VANCOUVER — Over the next 30 years about 10,000 people are expected to move into the West End, the city’s oldest and densest neighbourhood.
But in order to do that without making wholesale changes to the character of the neighbourhood, the city is considering the unique plan to allow multi-storey laneway housing on some of the areas wider lanes.
It is also changing how property owners can use their land, limiting most of the future residential development in the West End to rental housing only.
And those places along Georgia and Gerard where it will allow rezonings for condos, the city will insist that 20 of any new housing be devoted to social housing.
The changes are contained in a new community plan that the city has been working on for at least three years.
On Wednesday, more than 45 speakers lined up to tell city Council what they thought about the plan, which still needs to be adopted. Many spoke in favour of the opportunities the plan will create for new affordable housing. Others, particularly from the West End Neighbours group, argue that the plan is too aggressive and will result in tall towers in places where there shouldn’t be any.
The creation of a new community plan has become a divisive issue as the city struggles to protect a large stock of affordable rental housing in the West End. Three years ago, when members of WEN vociferously opposed the selection process for Mayor Gregor Robertson’s West End Advisory Committee, he was accidentally recorded asking whether these opponents were “f . . . .n’ NPA hacks”.
Years ago when land prices began to rise dramatically, the city put in restrictions to prevent the wholesale destruction of rental housing. Those restrictions cause condo developers to look elsewhere, resulting in densification in other neighbourhoods.
But now the city wants to offer some certainty to the West End which accounts for one-third of all rental housing stock in the city.
Brian Jackson, the city’s chief planner, said his department wanted to retain much of the character of the neighbourhood, which has 23,000 residents.
“With the West End plan, we took a character-based approach with planning. We wanted to make sure that whatever growth is going to happen we would maintain the character of the West End. This was primal in our direction,” he said.
With its close proximity to the central business district, 81 per cent of the housing units in the West End are rental.
Under the proposal before council today, the city would create special opportunities for infill laneway housing of up to six stories behind a number of existing rental buildings.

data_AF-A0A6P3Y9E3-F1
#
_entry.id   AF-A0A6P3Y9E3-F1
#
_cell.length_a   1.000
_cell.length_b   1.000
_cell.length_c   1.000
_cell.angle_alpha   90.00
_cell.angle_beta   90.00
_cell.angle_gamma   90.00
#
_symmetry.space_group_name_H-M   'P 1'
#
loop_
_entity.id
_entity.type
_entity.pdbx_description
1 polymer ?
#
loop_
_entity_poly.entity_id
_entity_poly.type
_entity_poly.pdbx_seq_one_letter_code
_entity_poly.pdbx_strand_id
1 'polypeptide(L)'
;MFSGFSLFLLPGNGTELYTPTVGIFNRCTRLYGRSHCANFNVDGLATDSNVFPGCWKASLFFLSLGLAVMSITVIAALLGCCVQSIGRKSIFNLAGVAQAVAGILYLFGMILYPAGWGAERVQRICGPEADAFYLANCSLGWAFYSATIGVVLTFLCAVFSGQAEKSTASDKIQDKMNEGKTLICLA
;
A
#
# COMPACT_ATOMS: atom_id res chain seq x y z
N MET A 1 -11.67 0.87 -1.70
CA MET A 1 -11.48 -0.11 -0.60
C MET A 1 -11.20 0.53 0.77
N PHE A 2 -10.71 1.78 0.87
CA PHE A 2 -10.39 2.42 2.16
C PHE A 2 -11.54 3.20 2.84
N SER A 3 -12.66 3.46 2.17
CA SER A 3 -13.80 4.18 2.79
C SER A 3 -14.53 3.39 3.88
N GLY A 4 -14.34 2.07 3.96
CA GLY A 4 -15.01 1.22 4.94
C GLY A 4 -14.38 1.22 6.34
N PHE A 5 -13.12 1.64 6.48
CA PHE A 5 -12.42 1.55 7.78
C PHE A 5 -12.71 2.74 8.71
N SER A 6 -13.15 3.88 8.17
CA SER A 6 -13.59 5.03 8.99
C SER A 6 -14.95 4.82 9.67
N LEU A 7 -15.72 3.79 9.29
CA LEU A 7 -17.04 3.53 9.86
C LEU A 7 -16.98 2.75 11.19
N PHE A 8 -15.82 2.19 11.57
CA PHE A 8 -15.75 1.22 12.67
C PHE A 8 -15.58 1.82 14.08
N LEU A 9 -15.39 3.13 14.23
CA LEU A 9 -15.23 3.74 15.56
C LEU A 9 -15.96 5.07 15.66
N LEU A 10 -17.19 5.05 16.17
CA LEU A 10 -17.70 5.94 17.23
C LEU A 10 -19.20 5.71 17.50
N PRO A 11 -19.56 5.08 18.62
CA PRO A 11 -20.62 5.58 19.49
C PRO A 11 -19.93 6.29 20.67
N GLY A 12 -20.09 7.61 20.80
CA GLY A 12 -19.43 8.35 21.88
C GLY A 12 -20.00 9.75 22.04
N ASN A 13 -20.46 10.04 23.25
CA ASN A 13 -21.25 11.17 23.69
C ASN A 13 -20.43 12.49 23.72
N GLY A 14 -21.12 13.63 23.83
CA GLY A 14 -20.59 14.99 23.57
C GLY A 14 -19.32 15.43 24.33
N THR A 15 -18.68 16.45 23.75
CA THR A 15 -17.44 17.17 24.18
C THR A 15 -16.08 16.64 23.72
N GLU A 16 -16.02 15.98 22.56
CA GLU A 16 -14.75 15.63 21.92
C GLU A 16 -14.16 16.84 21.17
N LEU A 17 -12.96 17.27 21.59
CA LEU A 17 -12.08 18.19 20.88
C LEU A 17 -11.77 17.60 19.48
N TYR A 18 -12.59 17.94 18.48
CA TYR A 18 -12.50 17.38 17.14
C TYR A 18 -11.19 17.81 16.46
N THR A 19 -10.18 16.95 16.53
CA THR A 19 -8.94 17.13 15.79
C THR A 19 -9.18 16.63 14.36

Jackson said the proposal would allow property owners who build infill laneway housing to reinvest into their existing buildings. All of the new housing would be rental.
Jackson said the West End has the widest lanes in the city, at 33 feet, compared to 20 feet wide in lanes elsewhere in the city. Allowing laneway housing would also allow for greening of the area, he said.
The new plan also considers some changes to the village areas of Robson, Denman and Davie streets, including removing residential zoning from those strips. It would create a new business district along Alberni street between Bute and Thurlow.
Jackson said the changes, if adopted by council, would limit growth in the West End to about 20 per cent, compared to 23 per cent across the rest of the city.
Community amenity contributions from allowed developments would be used to replace aging recreational and community services, as well as fund a new community centre for the area’s large gay and lesbian community.
Eric Kowalski, the executive director of the West End Seniors’ Network, said he also believes the city needs to do more for the area’s large seniors community, including a new purpose-designed centre for the area’s large seniors community. Building it into a new West End community centre would not work, he told council.
“Their needs are so specific we need a space people can come to,” Kowalski said.
Charles Gauthier, the executive director of the Downtown Vancouver Business Improvement Area, told council the group generally supports the new plan, particularly the creation of the new Alberni district.
But he said the city also needs to widen some sidewalks and put in more traffic signage.
With car traffic declining in the area and more people walking or cycling to work, there are plans to also remove rush-hour zones from the major neighbourhood thoroughfares.
John Whistler, the chair of the city’s Active Transportation Policy Council, said the city needs to further limit the impact of commuter traffic coming from and going to the Lions Gate Bridge. Many commuters continue to run lanes and use the West End’s quieter streets to cut time off their travel.
Whistler also suggested the city make changes to the area around Denman and Davie, which he said would allow Morton Park to become a gathering spot for tourists and residents.
“This could be Vancouver’s Times Square,” he said.
He also believes the city should raise on-street parking rates to free up more parking and reduce speeds. “I don’t believe that 50 kilometres an hour is safe on any streets in the West End.”
Source: The Vancouver Sun